Work shifts allow employees to experience direct learning from their seniors and managers. This includes things like training, work experience, and career opportunities.

Most shift workers receive compensation if faced with potential disruption during work hours or tasks. They could be given an hourly flat-rate or annual cash allowances as payment.

What are the challenges of shift work?

Shift patterns will vary from business to business - that's why it's best to use a style that suits your organisation personally. If you don't, your shift work could cause all kinds of challenges.

Employees may end up working excessive overtime and go over the legal working hour limit. This can quickly impact their physical and mental health - leading to higher work-related accidents and sickness absence.

Some shift patterns, like a rotating shift schedule, can cause excessive sleepiness or even shift work sleep disorder (SWSD). This doesn't only just affect an employee's performance and capability - it also affects people around them, like colleagues and the general public.

What is the law on shift work?

There’s no specific law on how to manage shift work. However, employers are required to follow work hours, breaks, and safe working standard laws.

Every work shift must comply with:

  • The Working Time Regulations 1998 (WTR).
  • The Health and Safety at Work, etc. Act 1974 (HSWA).
  • The Management of Health and Safety at Work Regulations 1999 (MHSWR).

Shift workers cannot work over 48 hour shifts on average (including overtime) per week. (This is unless they’ve opted out or if an exception applies). They're entitled to a minimum rest period of 11 consecutive hours between working days.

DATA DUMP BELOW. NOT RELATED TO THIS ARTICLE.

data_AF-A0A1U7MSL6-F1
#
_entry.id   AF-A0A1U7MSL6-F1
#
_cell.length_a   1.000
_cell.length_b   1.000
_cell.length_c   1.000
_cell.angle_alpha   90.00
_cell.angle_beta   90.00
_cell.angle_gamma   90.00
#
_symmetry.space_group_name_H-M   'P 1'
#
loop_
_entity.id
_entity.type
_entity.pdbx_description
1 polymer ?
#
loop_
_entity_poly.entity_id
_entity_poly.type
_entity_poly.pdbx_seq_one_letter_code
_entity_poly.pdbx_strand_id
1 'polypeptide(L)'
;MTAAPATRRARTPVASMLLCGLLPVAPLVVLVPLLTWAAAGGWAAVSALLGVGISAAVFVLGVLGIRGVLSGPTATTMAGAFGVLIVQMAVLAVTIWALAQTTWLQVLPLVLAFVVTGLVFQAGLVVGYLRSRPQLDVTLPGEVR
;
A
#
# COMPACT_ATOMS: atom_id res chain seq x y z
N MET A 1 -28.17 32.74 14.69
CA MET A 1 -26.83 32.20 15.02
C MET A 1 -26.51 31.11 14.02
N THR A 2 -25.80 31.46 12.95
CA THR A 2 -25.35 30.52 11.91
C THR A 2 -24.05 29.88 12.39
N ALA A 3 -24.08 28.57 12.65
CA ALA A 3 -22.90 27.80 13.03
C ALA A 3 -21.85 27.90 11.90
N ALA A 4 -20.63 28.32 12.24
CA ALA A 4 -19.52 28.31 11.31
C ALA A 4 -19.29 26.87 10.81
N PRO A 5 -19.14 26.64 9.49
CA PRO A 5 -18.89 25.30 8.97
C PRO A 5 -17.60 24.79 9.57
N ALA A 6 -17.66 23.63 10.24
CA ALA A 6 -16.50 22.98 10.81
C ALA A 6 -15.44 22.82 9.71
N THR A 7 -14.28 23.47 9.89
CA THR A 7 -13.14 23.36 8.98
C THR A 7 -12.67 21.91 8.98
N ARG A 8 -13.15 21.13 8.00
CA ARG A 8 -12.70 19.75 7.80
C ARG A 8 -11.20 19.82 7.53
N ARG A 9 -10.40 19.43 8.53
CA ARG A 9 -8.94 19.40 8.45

Night work cannot be longer than an average of eight hours in any 24-hour period. Night shift workers classify as vulnerable workers; so, employers must protect their health & safety in the best way.

What is shift work sleep disorder?

One of the most common health conditions linked to shift work is called shift work sleep disorder (SWSD). This is where a person's circadian cycle gets affected due to working non-traditional hours. For example, working different shifts per week or doing regular night shifts.

Certain shift work forces a person into unnatural sleep patterns, which go against their internal body clock and circadian rhythms. Shift work sleep disorder is also influenced by a lack of exposure to sunlight.

Many shift workers end up with poor well-being and health issues; like excessive sleepiness, mood problems, and even depression.

How to manage shift workers in the workplace

When it comes to shift work schedules, there are so many factors to consider. If you neglect any, employees may end up suffering from physical and mental health conditions.

Employers must ensure staff have the proper training, manage during work, and have enough sleep to work shifts. Let's take a look at ways to manage shift workers in your workplace:

Use suitable shift work schedules

The first step you need to take is using suitable shift work schedules for your employees and work practices.

There's no point assigning early morning shifts if you provide services overnight. Or using rotating shifts because a rival business uses them.